Astronomy vs Democratic Dogma

The traditional view of dogma, such as the Catholic Church’s eternal mission to stamp out scientific progress that undermines its authority, is one that focuses on monopoly power. If I hold all the answers, all the keys, and all the gates, then I control everything. In Hinduism this was the Brahmins controlling knowledge of the Vedas and protecting its secrets. In economics, this is either fairly gotten IPR monopoly power, or ill-gotten monopoly power because of money, like Microsoft, or political corruption, like Reliance. But the fact that power inevitably decays and corrupts eventually doesn’t change the possibility it was initially fairly won through IPR or high-utility service rendered to a large part of the market. Consider that a heliocentric model was proposed by Aristarchus more than 2000 years ago. The problem astronomers were trying to explain was the observation of a counter-intuitive retrograde orbital motion of planets, ie normally all planets move across the sky in the same direction, except suddenly they seem to move backwards. For 11 days Mars seems to move westward rather than eastward. This is simply an illusion caused by relative motion of us on earth vs those planets. Since we move faster than Mars, we overtake Mars and for a few days it appears as if Mars is moving backwards because we view Mars against an infinitely farther away frame of reference ie the static stars, like a virtual image upon a distant screen and not actual Mars’ absolute position in the sky. Aristarchus deduced this, and required that Earth be a moving planet in a heliocentric model. This wasn’t without its problems, because now we needed to explain why all the stars didn’t shift in the sky while we moved around the sun. The only way this was possible was if these stars were infinitely far away such that parallax error was negligible. That meant this model needed not one but two fundamental assumptions about reality to change, geocentricism as well as the distance of stars and size of the universe. It’s not illogical to be skeptical of such a requirement when other models have fewer assumptions. Plus, these more conservative models don’t cause psychological distress. Either we accept a heliocentric model where stars are infinitely far, leaving us tiny insignificant dots, helplessly adrift, hopelessly alone in a vast infinite universe, or we accept Ptolemy’s admittedly clunky model that puts us at the center of creation, significant, meaningful and big. Given our personal experience of consciousness where we are indeed the center of our own universe, where other people are just 2-dimensional flat projections of our rich inner world, this intuitively seems to us far more correct, true, and also comforting, than the heliocentric model of Aristarchus. So if astronomy were a democracy, there would be no doubt that Ptolemy would have won by a landslide.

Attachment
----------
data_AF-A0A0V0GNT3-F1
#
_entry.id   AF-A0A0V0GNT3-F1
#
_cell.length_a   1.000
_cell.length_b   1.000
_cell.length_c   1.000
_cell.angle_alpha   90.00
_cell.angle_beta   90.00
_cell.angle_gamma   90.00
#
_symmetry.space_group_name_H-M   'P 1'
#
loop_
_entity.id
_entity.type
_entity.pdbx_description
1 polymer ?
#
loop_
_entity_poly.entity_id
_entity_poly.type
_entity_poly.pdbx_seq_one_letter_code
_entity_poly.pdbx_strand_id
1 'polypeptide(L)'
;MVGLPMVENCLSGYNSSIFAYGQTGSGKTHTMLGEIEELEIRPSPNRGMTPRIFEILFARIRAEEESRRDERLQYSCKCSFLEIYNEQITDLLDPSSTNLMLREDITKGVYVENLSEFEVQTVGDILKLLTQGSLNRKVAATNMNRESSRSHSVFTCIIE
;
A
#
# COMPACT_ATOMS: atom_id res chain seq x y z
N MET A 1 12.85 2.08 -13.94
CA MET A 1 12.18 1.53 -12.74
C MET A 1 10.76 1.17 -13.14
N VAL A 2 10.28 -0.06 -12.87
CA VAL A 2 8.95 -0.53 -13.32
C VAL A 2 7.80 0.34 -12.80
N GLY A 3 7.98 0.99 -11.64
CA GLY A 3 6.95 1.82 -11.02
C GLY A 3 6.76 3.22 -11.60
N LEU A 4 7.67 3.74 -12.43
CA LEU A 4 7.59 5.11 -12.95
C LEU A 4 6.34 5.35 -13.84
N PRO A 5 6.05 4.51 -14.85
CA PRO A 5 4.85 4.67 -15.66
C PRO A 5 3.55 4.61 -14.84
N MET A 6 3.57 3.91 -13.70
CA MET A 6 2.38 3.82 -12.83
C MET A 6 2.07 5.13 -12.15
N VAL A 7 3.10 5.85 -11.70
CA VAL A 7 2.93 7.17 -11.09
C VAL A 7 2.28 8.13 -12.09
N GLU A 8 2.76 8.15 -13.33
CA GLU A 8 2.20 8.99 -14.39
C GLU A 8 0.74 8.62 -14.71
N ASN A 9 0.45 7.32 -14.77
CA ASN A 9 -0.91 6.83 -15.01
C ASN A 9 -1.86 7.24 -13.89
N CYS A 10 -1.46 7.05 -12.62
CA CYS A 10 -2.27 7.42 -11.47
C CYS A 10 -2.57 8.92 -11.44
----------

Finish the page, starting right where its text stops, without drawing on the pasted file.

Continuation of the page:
Since Aristotle, this becomes true fact, solidified by Ptolemy, for almost 2 millennia. In an uncertain world, we need certain anchors to keep our sanity hinged. Things we can take for granted, which when removed from under us would throw us into existential, religious terror. Like suddenly finding out our world is a simulation. Astronomy was that fact. Then the heliocentric model is proposed. We know the angle of the Church in wanting to preserve its power, as holders of knowledge and truth, the word and mind of God, all of which take a severe beating should they be proven wrong on something so fundamental. But suppose the Church did not exist, and all we had was a voting democracy. Consider the world-view shattering nature of such a revelation. How many people would go insane knowing such a thing as their universe was not the way they thought? In an age where not much changed, something so fundamental changing so fundamentally would be a catastrophic psychic experience.